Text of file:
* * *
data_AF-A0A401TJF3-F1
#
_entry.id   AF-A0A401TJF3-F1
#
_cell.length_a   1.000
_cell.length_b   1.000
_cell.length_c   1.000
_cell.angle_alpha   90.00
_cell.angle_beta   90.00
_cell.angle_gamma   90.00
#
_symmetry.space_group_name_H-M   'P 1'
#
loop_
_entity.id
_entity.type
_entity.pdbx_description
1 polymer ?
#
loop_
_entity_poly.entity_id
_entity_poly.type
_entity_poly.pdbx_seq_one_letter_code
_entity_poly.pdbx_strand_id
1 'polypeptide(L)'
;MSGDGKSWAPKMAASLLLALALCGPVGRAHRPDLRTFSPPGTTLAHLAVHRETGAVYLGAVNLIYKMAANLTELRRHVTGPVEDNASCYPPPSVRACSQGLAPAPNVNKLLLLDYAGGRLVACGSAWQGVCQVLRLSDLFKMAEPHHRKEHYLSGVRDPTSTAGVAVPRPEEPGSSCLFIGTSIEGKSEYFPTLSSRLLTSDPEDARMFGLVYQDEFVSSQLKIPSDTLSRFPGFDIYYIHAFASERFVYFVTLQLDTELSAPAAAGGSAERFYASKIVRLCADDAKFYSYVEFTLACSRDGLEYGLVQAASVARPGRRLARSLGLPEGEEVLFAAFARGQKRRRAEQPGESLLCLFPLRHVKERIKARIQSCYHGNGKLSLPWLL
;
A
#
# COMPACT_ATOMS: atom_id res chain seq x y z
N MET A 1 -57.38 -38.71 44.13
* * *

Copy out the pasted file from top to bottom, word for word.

data_AF-A0A401TJF3-F1
#
_entry.id   AF-A0A401TJF3-F1
#
_cell.length_a   1.000
_cell.length_b   1.000
_cell.length_c   1.000
_cell.angle_alpha   90.00
_cell.angle_beta   90.00
_cell.angle_gamma   90.00
#
_symmetry.space_group_name_H-M   'P 1'
#
loop_
_entity.id
_entity.type
_entity.pdbx_description
1 polymer ?
#
loop_
_entity_poly.entity_id
_entity_poly.type
_entity_poly.pdbx_seq_one_letter_code
_entity_poly.pdbx_strand_id
1 'polypeptide(L)'
;MSGDGKSWAPKMAASLLLALALCGPVGRAHRPDLRTFSPPGTTLAHLAVHRETGAVYLGAVNLIYKMAANLTELRRHVTGPVEDNASCYPPPSVRACSQGLAPAPNVNKLLLLDYAGGRLVACGSAWQGVCQVLRLSDLFKMAEPHHRKEHYLSGVRDPTSTAGVAVPRPEEPGSSCLFIGTSIEGKSEYFPTLSSRLLTSDPEDARMFGLVYQDEFVSSQLKIPSDTLSRFPGFDIYYIHAFASERFVYFVTLQLDTELSAPAAAGGSAERFYASKIVRLCADDAKFYSYVEFTLACSRDGLEYGLVQAASVARPGRRLARSLGLPEGEEVLFAAFARGQKRRRAEQPGESLLCLFPLRHVKERIKARIQSCYHGNGKLSLPWLL
;
A
#
# COMPACT_ATOMS: atom_id res chain seq x y z
N MET A 1 -57.38 -38.71 44.13